“James Bond”
If the Lego games specialize in one thing, it’s cheeky humor. Excepting the deadly grimness of the current Daniel Craig incarnation, all of the onscreen incarnations of Ian Fleming’s superspy have had healthy doses of sarcasm. That’s right in line with the Traveller’s Tales Lego vibe. The gadgets and fantastic vehicles of 007’s world would fit perfectly in the established template, not to mention all the exotic lairs, locales and hideouts of the various Bond villains. The often racy antics of James Bond would have to be toned down but who doesn’t want to face off against a Lego Jaws or Chop Chop?

“Zorro”
Traveller’s Tales always manages to put in a lot of visual flourish to the animation of their stubby-limbed Lego-fied characters and they’d put that to good use in a game starring the 19th Century masked swordsman. The developers could mix and match the best parts of the many interpretations of Don Diego’s swashbuckling alter ego, with levels built around horseback riding, swordfighting and whip-wielding. Carving that ‘Z’ into the blocky torso of an old-timey Spaniard bad guy would be too much fun.

“Howl’s Moving Castle”
Real-world Lego play always involves copious amounts of imagination and the oeuvre of animation maestro Hayao Miyazaki sports the same wild-eyed dreaming as that of a kid playing with those timeless colored bricks. In particular, “Howl’s Moving Castle” offers the kind of grand sweep that Traveller’s Tales have gotten really good at portraying in their games, with “Lego Star Wars III: The Clone Wars” as the best recent example. The modernized fairytale aesthetic of “Howl’s” would give TT a chance to stretch their legs artistically and the darker textures of the movie would be great for slightly older kids to gobble up in playable form.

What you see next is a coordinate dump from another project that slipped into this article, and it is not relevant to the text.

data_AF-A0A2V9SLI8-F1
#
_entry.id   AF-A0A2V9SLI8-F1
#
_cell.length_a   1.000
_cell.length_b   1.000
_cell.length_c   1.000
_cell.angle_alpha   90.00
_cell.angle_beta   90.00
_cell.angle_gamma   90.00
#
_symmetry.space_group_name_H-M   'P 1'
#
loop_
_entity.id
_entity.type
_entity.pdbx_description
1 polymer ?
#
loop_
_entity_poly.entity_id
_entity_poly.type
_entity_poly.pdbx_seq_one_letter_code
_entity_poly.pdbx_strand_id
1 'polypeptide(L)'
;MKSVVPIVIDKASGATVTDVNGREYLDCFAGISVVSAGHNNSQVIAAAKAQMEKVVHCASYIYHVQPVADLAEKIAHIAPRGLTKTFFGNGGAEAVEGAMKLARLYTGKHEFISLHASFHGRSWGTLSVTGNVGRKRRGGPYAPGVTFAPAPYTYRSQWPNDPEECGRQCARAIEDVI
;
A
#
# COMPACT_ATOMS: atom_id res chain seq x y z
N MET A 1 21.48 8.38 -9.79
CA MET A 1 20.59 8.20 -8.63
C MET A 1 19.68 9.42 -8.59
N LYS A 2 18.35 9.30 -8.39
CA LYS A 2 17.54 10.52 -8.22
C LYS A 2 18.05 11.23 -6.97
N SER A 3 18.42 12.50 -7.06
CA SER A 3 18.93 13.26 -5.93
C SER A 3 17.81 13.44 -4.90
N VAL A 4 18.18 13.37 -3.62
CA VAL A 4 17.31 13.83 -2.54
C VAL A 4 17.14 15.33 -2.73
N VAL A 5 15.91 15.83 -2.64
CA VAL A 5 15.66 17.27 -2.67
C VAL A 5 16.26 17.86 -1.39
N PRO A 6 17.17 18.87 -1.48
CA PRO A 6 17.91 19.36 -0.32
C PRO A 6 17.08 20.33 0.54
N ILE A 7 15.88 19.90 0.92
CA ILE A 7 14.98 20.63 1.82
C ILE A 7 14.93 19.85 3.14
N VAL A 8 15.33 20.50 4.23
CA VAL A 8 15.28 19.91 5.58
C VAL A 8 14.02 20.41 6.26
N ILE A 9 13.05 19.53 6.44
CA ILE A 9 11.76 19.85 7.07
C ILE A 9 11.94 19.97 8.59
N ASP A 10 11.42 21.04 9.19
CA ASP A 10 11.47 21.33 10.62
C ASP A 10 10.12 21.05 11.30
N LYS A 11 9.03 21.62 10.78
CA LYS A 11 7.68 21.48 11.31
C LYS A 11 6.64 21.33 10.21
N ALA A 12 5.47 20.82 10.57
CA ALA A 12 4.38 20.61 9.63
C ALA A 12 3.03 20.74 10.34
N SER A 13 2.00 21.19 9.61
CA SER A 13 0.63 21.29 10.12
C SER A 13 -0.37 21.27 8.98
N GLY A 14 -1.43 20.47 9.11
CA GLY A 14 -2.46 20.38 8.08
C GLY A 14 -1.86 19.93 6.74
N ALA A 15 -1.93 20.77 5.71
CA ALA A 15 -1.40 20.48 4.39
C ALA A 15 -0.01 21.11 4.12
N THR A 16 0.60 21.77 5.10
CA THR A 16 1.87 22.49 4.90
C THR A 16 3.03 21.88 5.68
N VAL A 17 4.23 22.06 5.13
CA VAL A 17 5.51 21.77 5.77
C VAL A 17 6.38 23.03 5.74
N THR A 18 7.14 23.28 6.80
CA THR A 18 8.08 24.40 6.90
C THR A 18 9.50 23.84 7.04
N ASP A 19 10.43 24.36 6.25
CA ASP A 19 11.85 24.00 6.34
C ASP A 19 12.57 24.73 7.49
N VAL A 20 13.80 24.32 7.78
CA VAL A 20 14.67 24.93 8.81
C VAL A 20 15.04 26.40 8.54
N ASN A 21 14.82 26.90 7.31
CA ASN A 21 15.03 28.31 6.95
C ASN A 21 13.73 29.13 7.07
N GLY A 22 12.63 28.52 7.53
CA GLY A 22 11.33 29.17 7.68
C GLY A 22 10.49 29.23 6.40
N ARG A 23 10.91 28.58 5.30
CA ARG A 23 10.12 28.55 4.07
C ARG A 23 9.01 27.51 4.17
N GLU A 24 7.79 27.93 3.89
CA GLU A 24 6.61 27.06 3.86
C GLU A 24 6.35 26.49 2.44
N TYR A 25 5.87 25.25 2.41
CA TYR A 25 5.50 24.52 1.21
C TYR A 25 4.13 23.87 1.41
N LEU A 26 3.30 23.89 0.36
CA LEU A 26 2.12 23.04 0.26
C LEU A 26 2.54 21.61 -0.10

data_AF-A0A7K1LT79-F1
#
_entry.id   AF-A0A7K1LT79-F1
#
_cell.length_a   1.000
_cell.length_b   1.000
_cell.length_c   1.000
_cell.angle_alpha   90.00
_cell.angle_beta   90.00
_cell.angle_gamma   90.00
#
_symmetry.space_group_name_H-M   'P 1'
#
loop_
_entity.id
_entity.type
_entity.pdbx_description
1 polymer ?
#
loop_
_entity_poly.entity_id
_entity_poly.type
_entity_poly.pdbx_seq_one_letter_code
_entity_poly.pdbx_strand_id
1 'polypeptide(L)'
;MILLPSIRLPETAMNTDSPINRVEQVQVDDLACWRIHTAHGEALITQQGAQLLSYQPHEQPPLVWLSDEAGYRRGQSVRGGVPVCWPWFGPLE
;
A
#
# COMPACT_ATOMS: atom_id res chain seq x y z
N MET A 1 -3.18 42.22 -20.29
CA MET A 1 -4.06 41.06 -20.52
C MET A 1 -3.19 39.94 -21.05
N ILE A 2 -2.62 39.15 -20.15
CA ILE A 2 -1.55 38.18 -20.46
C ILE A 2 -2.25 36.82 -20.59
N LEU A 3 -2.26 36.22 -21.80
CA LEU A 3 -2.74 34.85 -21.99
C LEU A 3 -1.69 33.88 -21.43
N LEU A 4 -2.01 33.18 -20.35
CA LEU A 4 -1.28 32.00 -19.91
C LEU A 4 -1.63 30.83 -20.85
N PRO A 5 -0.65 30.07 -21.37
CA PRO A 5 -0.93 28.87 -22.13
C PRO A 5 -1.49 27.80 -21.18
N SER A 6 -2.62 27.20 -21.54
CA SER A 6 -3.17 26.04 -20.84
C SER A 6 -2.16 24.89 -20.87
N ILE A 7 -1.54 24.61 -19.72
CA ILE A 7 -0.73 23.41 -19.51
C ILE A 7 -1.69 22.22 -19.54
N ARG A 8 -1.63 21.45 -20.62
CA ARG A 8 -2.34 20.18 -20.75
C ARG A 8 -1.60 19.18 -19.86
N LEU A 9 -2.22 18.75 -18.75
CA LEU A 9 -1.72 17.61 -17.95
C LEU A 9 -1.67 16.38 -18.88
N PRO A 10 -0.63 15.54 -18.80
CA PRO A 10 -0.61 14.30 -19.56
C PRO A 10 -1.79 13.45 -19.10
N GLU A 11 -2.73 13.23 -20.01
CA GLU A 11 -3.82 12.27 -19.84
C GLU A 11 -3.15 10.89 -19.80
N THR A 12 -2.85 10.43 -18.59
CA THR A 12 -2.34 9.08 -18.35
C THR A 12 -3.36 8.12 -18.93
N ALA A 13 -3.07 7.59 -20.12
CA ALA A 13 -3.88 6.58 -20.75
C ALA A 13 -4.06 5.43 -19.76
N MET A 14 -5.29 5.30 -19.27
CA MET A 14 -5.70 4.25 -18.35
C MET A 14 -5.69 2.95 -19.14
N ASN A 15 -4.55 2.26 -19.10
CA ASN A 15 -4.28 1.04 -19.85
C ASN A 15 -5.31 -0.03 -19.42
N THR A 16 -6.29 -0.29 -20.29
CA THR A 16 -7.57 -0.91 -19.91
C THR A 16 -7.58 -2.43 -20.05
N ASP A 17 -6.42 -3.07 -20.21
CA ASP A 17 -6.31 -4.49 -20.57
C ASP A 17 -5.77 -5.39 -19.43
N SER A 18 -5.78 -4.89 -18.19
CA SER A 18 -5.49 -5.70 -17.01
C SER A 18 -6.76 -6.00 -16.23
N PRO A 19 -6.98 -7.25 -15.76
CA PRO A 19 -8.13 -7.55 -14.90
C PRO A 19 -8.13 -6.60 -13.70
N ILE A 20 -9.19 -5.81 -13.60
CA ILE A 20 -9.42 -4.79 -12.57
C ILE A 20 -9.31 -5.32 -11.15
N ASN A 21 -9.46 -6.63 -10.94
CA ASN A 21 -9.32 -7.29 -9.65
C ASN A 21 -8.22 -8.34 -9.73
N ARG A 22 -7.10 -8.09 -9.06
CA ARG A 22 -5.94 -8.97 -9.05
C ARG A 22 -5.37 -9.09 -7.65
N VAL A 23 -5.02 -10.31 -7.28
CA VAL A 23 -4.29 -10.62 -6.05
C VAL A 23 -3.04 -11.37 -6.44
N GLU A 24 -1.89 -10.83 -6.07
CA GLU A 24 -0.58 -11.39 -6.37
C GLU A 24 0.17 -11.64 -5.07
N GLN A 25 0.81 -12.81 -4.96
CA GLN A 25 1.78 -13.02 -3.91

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New Nasty

Whips, Chains and Hand Sanitizer

Turn On The Full Season Of Neurotica At IFC's Comedy Crib

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Jenny Jaffe has a lot going on: She’s writing for Disney’s upcoming Big Hero 6: The Series, developing comedy projects with pals at Devastator Press, and she’s straddling the line between S&M and OCD as the creator and star of the sexyish new series Neurotica, which has just made its debut on IFC’s Comedy Crib. Jenny gave us some extremely intimate insight into what makes Neurotica (safely) sizzle…

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IFC: How would you describe Neurotica to a fancy network executive you met in an elevator?

Jenny: Neurotica is about a plucky Dominatrix with OCD trying to save her small-town dungeon.

IFC: How would you describe Neurotica to a drunk friend of a friend you met in a bar?

Jenny: Neurotica is about a plucky Dominatrix with OCD trying to save her small-town dungeon. You’re great. We should get coffee sometime. I’m not just saying that. I know other people just say that sometimes but I really feel like we’re going to be friends, you know? Here, what’s your number, I’ll call you so you can have my number!